Casa Aya Medina – Fes Medina
Morocco’s cultural and spiritual center, Fes is an outstanding example of a medieval town created during the first centuries of Islamisation in the country – which is why it is part of the UNESCO world cultural heritage. Narrow lanes flanked by high brick walls meander throughout the medina (the old part of the town, called Fes-el-Bali). There’re nine thousand dwellings in the medina and no fewer than four thousand lanes and blind alleys. Casa Aya Medina guesthouse stands in the western part of the medina, at a walking distance between Talaa Kebira (the main shopping pedestrian street) and Bab Ain Azletin (one of the entrance gates to the walled old town).
Once you walk down Ain Azletin street, take care not to bump your head as you pass under a low archway. You then enter a narrow lane (called Derb Benadada), less than one meter in width, with a few doors and windows randomly placed. A few children might play football in this tight place, and you might get a ball smashed into your face. Don’t bother about that! Walk ahead, and you’ll find a simple door entry at the end of a zigzag blind alley, where you’ll never guess what lies behind. Never mind, the old configuration of the urban tissue will discretely reveal the neighborhood’s authentic secrets to you.
Casa Aya Medina – the Dar (the house)
When you enter the guesthouse, you step into a long L-shaped corridor at the end of which lies an inner courtyard. You are in a traditional Moroccan house, called dar (a modest version of a riad – the traditional Moroccan house for wealthy families). An old fountain decorated with colorful mosaics (called zellij) stands on one side of the inner courtyard. It was once a larger fountain, but it suffered transformations during the restoration works, and the dar gained more space for a new dining room in the patio. On the opposite side of the fountain, a traditional family salon (called taklidi) and a luxury matrimonial room open up onto the courtyard (called bahn). Close to the main entrance, a staircase goes upstairs to the next floors where the private rooms are.
All rooms open up onto the inner courtyard as a result of the Islamic architecture principles. The main idea is to minimize the impact of heat and direct light and provide ventilation to the interior spaces. Originally open-air, the courtyard has been covered with a glass skylight and gained a new modern look.
In Morocco, many people work out on the street no matter what they do – from selling something to woodcarving and loom weaving. Unlike the exterior of the house – that is a working space, the interior of a traditional Moroccan house is like heaven – not only for women who might be without the constraints of clothing, but also for its rich decorations. Door and window frames feature stucco plaster decorations of hand-painted multi-colored arabesques. The door thresholds have finely and richly colored mosaics. The inner doors and shutters are of solid cedar wood from the Middle Atlas Mountains, and some of them even have painted colorful drawings.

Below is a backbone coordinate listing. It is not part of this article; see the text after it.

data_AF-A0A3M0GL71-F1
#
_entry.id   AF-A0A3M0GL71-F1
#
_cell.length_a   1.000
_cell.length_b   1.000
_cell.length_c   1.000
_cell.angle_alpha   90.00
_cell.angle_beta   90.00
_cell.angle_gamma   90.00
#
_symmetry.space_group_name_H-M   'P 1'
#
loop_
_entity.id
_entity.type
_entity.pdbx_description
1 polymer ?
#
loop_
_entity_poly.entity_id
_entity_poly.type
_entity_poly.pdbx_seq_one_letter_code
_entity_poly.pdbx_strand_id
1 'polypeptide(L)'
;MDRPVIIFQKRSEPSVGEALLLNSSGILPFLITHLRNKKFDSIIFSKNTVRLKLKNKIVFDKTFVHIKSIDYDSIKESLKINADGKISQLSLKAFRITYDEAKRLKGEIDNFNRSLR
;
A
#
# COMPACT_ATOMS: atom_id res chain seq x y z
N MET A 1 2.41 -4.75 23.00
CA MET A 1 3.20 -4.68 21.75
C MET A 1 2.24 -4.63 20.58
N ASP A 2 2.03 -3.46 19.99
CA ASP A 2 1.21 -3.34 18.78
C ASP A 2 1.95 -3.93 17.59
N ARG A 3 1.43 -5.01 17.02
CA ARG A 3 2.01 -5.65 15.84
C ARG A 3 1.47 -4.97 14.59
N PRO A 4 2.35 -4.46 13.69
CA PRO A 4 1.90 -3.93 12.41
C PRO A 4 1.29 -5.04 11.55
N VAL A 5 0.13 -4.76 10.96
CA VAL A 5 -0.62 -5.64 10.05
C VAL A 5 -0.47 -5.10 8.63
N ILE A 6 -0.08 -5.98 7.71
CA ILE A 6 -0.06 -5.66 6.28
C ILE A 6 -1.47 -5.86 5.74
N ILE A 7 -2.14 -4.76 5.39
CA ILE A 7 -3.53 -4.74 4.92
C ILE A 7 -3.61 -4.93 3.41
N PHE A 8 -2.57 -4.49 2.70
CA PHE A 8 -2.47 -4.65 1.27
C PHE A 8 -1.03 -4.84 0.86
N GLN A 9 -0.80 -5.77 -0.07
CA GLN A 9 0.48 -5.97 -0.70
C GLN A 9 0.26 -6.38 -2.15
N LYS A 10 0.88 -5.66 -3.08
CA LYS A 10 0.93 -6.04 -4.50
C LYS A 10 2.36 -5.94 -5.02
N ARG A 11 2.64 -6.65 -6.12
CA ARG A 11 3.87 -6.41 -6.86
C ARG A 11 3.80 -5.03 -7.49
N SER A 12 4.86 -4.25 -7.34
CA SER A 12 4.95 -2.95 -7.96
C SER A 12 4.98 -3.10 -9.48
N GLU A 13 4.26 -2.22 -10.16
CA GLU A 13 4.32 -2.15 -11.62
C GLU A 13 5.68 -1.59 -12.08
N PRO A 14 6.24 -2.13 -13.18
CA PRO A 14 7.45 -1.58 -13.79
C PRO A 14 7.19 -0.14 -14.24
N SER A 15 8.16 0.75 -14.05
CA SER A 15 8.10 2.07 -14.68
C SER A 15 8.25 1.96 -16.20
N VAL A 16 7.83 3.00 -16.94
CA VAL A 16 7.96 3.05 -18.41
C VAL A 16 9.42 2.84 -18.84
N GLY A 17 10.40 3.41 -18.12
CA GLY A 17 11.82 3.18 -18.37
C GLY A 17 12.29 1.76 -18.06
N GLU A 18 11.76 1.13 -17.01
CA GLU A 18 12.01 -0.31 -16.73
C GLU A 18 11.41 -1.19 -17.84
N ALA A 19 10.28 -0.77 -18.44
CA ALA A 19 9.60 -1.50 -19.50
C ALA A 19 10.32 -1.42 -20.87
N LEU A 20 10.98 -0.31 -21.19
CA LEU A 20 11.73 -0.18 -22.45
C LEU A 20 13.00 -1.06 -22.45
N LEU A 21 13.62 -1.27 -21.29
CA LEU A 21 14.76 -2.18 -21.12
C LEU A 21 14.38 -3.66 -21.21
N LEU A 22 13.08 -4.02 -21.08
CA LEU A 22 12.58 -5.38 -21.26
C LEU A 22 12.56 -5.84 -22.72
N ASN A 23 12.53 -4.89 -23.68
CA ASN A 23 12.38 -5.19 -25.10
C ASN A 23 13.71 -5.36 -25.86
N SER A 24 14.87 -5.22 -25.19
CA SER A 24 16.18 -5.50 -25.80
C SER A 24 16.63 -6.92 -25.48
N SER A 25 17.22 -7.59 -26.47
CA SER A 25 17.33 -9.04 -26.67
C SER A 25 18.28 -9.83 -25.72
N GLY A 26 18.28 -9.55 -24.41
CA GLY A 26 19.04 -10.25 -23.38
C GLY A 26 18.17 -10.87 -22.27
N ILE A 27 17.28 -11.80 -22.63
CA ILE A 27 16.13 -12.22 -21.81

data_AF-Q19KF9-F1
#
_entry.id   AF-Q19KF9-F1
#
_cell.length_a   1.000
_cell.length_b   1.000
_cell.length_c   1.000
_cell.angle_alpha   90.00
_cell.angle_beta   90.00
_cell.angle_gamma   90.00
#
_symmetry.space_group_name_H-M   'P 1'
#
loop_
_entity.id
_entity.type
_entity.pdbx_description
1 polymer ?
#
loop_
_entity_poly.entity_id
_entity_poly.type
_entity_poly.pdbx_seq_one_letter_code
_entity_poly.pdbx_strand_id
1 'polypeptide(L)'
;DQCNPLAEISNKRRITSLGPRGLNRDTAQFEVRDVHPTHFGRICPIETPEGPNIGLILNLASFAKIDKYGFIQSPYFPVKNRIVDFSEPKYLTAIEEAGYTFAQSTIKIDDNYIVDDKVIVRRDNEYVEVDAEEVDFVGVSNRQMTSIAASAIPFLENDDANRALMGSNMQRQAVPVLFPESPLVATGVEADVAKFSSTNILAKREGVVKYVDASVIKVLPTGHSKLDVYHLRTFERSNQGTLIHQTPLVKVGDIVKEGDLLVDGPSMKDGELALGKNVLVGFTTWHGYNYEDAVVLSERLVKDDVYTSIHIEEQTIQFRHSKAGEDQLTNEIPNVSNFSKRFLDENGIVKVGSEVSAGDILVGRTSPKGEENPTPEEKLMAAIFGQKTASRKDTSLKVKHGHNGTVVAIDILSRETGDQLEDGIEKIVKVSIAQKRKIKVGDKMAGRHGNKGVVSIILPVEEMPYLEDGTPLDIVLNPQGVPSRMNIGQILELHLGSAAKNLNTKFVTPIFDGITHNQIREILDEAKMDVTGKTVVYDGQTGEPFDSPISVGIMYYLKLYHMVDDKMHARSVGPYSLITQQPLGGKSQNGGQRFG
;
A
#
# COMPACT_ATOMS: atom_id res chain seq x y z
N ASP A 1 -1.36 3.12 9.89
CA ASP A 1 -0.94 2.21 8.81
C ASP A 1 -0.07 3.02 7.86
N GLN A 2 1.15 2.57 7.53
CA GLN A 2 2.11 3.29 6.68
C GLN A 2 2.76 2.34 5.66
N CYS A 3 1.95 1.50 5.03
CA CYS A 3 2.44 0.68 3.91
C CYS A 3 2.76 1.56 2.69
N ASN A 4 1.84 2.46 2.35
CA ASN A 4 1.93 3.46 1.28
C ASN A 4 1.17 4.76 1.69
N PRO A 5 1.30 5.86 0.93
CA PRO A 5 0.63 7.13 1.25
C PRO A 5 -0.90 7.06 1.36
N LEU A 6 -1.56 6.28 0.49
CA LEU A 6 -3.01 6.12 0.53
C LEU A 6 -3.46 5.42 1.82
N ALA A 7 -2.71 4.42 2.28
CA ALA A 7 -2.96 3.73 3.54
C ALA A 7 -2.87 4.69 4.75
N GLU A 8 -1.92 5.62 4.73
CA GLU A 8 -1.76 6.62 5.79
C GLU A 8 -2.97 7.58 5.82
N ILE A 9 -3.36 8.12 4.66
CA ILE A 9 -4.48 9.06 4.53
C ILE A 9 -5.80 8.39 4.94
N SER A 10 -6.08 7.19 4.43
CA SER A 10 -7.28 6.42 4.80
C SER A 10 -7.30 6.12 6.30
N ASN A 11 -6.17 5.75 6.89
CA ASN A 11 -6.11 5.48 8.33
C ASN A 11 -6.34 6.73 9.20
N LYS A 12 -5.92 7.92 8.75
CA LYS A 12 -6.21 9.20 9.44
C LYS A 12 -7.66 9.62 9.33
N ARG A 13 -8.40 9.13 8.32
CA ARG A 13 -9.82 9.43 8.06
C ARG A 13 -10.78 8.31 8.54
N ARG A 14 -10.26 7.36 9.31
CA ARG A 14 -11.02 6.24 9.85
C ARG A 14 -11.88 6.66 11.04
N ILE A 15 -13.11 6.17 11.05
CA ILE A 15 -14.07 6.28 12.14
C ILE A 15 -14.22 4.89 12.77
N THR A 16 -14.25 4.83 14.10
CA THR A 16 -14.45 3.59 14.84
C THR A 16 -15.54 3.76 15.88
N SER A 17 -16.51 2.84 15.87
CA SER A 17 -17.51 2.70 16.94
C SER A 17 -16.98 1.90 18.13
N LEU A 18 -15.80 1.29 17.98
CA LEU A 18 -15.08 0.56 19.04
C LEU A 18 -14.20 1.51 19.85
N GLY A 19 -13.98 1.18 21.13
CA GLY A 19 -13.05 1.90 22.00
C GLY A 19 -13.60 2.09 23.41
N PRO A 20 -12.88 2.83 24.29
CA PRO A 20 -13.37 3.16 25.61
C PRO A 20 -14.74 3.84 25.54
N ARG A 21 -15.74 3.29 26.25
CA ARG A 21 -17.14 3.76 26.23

Casa Aya Medina – Interior Design
All rooms for guests are on the upper floors, two rooms per floor. The modern rooms look out to the collective patio, but also offer privacy inside. Each room has two to three beds and a private bathroom. Wooden shutters (called mucharabian) create privacy for these rooms, but once you are inside, you can still see what is happening downstairs in the collective courtyard. Most rooms feature traditional motifs, from cactus silk curtains and bedspreads to old painted cedar furniture and handmade Berber carpets. The recently restructured bathrooms have sinks with traditional mosaic (called zellij). And the ceiling of each room is cedar painted with geometric or floral designs.
The top-floor terrace was once for drying the laundry – an occasion for women to meet up and socialize. Nowadays, it is an outdoor dining area grouped around the last level of the inner courtyard. A green pergola covers the terrace overlooking the mosque and the old furniture bazaar (called souq) in the Ain Azletin neighborhood.
Casa Aya Medina – Personal Experience
The co-owners of Casa Aya Medina, Fouad and Milouda el-Ouazzani, had just completed the restoration works when I visited them in the autumn of 2015. After they completed several local consolidations, it didn’t feel you were in a seven-hundred-year-old house. I explored every corner of the house with great curiosity. The configuration of the house and the careful interior design transposed me into another world. Birds were chirping on the upper terrace every morning. The call-to-prayer echoed throughout the medina five times per day. And from my room, I saw the breakfast preparations and felt the smell of mint tea poured with white foam into small glasses. For three days, I lived in an authentic Moroccan palace, like a queen.
Every morning, I was impatient to start my day. I pulled on my shoes with excitement and ran downstairs. In the inner courtyard, I had a quick breakfast and rushed out to the street. I was ready to explore the old medina in Fes.
Some more photos from Casa Aya Medina:
If you want to read more about the road trip through Morocco, here are all the Travelogues from Morocco (x21).
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